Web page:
It is an insult to one’s intelligence and understanding of our times that prices in this particular sector can decline. “What rubbish”, remarked one citizen, who dismissed the very thought that prices in Pakistan can ever slide downwards, permanently.
It makes you truly think about this very crucial subject: the price of medicines and the cost of health-care, quality and availability being other related issues.
Let us refer to two specific stories, the first one “Drug prices may be revised,” and this is how it begins: “The government will shortly issue an SRO to permit the pharma industry to increase or decrease prices with a cap on maximum retail price.” Globalisation?!!
Now this is where the common man (and he does exist, and is not as elusive as some of us are inclined to assume) begins his questions. Who will fix an honest maximum retail price? and what is it to stop the pharmaceutical industry from selling only at this price? Somehow the image of the manufacturer in this country is not a consumer-friendly one. It is always believed that the producer, the manufacturer, the seller are always fleecing ruthlessly the buyer, the common man. Somehow the perception is that prices always rise, and that the margin of profit is always irrational and directed against the customer, consumer and the buyer.
Now this particular report reveals that “under the new procedure, the prices can be reduced by informing the Ministry of Industries in writing. In such cases, the prices can be increased to the current level without seeking prior official approval ... so far the prices have been increased or decreased with the approval of the Ministry of Health. The decision signals the government’s cautious move towards a market-oriented price mechanism.” Long live the IMF?
Another reports says: “Maximum retail price of drugs reduced,” which began thus: “Following approval of pharmaceutical policy and successful negotiations with the Ministry of Industries, Pakistan Pharmaceutical Importers Association (PPIA) has decided to reduce the Maximum Retail Prices (MRP) of drugs.
“Once again the typical consumer response to this prospect is that it is, too, good to be true.
What then is the truth about the prices of medicines and the costs of medical care in this city, and in this society. Can the people ever afford to pay for medicines and medical care bills in a context where there is a crippling inability to pay even for the rising costs of utilities and foodstuffs; or education, or housing, and so on. One need not try and answer such questions.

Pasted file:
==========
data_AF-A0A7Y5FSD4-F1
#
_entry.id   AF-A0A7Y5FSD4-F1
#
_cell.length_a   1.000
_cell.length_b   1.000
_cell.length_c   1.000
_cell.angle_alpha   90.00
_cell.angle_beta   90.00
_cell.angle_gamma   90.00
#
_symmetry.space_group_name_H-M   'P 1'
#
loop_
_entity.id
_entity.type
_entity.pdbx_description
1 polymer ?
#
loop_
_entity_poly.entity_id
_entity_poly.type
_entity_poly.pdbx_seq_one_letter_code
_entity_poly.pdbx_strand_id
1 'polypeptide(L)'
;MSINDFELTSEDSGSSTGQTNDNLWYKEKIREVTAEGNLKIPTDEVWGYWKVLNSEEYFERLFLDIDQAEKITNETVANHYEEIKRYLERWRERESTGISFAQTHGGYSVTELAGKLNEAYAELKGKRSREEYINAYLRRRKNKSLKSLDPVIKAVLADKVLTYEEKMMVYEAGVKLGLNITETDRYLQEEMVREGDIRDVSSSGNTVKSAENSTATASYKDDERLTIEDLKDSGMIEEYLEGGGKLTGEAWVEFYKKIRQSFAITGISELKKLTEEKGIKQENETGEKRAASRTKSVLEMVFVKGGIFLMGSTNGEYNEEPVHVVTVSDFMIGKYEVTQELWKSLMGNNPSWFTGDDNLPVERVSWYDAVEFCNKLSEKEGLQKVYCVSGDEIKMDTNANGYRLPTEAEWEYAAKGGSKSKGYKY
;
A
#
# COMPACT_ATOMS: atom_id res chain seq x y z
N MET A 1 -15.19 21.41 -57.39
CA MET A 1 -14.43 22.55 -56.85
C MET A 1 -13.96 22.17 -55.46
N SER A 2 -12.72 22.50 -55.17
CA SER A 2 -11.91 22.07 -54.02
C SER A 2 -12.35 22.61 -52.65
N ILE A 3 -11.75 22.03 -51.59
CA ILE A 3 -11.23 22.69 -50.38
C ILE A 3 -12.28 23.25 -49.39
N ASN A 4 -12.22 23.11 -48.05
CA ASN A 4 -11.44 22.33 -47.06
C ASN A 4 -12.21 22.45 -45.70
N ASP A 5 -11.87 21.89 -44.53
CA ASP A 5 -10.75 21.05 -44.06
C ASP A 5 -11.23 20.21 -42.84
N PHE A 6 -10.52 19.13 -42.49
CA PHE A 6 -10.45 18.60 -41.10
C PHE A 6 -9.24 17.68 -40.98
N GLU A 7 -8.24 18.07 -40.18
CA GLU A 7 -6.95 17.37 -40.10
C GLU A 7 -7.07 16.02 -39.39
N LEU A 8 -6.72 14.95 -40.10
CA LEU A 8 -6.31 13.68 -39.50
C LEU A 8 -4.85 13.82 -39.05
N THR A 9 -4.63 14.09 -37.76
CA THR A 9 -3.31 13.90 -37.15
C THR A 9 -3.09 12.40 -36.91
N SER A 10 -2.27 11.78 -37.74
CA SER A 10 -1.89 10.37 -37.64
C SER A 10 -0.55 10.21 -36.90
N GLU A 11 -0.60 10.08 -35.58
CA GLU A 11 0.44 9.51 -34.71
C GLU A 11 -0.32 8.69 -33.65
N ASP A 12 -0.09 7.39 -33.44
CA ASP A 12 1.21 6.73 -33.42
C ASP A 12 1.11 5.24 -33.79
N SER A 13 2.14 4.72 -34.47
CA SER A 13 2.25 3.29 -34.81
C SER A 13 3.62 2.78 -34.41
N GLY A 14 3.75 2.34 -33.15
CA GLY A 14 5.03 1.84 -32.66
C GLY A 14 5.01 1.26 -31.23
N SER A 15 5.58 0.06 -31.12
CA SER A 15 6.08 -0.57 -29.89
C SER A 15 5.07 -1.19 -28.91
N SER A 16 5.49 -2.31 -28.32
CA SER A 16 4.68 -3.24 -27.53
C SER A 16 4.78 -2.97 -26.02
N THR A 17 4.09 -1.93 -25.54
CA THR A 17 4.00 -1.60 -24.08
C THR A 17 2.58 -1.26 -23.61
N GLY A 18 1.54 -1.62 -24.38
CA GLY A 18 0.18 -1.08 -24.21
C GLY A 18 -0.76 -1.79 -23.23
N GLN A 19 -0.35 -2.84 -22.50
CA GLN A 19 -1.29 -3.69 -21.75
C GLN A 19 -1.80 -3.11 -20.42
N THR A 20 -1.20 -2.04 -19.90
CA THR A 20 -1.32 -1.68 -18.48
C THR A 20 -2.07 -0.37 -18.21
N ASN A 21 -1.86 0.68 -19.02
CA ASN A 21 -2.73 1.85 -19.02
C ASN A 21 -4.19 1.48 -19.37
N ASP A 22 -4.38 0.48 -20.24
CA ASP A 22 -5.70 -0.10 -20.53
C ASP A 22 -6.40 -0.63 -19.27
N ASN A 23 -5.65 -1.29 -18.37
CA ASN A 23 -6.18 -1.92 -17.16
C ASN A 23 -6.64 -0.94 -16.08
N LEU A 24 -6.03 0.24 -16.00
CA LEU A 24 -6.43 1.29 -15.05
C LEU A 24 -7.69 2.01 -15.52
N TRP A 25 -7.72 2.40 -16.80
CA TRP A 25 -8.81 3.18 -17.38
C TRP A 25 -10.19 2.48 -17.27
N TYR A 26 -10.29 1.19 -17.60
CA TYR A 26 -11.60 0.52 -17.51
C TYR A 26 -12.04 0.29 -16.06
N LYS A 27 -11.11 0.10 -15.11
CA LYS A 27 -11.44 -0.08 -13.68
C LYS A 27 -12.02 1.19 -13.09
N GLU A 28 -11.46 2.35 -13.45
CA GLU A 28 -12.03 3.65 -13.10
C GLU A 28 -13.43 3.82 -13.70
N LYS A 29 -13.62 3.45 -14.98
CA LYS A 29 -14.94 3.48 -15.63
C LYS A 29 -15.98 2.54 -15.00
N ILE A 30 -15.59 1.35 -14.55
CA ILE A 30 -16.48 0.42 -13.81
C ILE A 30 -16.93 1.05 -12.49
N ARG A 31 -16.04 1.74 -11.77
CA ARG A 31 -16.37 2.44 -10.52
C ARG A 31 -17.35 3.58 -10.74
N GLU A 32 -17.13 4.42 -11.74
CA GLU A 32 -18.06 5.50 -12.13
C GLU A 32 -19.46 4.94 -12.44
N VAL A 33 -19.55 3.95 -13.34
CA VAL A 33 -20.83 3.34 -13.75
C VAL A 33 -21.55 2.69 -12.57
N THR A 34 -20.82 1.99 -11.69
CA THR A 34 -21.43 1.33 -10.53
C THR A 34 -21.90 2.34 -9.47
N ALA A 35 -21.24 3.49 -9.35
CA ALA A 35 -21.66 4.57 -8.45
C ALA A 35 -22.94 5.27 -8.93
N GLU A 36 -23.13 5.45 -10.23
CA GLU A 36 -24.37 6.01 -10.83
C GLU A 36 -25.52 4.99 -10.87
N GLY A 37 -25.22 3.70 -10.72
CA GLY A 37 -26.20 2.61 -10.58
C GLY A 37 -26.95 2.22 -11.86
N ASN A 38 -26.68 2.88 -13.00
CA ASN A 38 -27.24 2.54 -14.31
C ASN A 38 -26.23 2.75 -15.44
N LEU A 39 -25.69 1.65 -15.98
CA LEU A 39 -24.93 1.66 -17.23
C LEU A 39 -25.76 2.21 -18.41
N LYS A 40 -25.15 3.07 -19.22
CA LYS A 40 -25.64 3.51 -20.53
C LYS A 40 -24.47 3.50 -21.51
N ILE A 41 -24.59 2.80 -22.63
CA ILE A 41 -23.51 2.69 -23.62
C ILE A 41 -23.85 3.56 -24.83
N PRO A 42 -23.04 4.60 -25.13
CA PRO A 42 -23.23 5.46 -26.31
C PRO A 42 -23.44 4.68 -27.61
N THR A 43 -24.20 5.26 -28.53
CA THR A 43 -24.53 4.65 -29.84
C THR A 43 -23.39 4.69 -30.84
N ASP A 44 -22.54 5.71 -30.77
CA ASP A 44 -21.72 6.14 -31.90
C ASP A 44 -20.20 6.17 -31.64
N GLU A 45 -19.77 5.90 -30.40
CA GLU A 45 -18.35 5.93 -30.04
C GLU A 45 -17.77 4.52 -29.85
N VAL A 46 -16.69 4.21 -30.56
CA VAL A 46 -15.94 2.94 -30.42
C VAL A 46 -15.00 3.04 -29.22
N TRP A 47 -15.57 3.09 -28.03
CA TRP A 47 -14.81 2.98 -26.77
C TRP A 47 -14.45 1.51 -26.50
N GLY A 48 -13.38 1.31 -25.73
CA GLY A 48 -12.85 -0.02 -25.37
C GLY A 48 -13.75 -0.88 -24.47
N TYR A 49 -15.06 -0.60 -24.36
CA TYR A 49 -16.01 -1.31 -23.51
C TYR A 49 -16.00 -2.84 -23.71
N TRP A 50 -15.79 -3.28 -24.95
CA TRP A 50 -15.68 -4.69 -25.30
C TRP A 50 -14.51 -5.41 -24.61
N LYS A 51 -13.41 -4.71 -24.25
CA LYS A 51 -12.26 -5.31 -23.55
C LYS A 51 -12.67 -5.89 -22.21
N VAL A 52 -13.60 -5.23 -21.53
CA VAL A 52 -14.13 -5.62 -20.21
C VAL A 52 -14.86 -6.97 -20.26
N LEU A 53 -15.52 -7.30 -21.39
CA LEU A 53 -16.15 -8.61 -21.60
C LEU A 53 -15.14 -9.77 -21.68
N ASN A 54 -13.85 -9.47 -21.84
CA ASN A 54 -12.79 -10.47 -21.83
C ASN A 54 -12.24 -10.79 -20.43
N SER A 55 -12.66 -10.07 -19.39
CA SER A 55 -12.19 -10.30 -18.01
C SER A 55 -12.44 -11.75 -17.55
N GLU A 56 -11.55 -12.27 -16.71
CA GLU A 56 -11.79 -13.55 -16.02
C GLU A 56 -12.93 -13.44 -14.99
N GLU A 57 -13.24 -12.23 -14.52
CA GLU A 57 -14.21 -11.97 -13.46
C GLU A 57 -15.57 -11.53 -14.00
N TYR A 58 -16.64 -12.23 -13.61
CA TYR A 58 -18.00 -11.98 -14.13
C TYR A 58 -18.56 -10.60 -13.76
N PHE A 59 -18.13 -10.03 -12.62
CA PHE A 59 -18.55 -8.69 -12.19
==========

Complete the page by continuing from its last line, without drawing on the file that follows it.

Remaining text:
It is only a waste of time. The fact of the matter is that people in most income groups, save those at the very top, or those who have companies always paying for their bills, are unable to have regular decent medical care, if at all, due to rising costs. The heart of the matter is that as the state and the government gradually, and consistently withdraw their role or reduce it substantially, in the health sector, the common man is feeling the pinch as never before. It is hurting more with the passage of time.
What compounds the problem is that the awareness of the common man on the need for decent, dependable and affordable medical is growing, and his ability to handle it the way, he would want to is dwindling.
He cannot afford even the present cost of medicine, the related cost of medicare. Private medicare is growing, as that is the way market economies go, and Pakistan’s common man is faced with a challenge. How to pay his medical bill.
We all know such people who have no problems when it comes to prices. Any prices. But there are far more people, the majority, who are unable to pay their bills in this city, when it comes to medical expenses.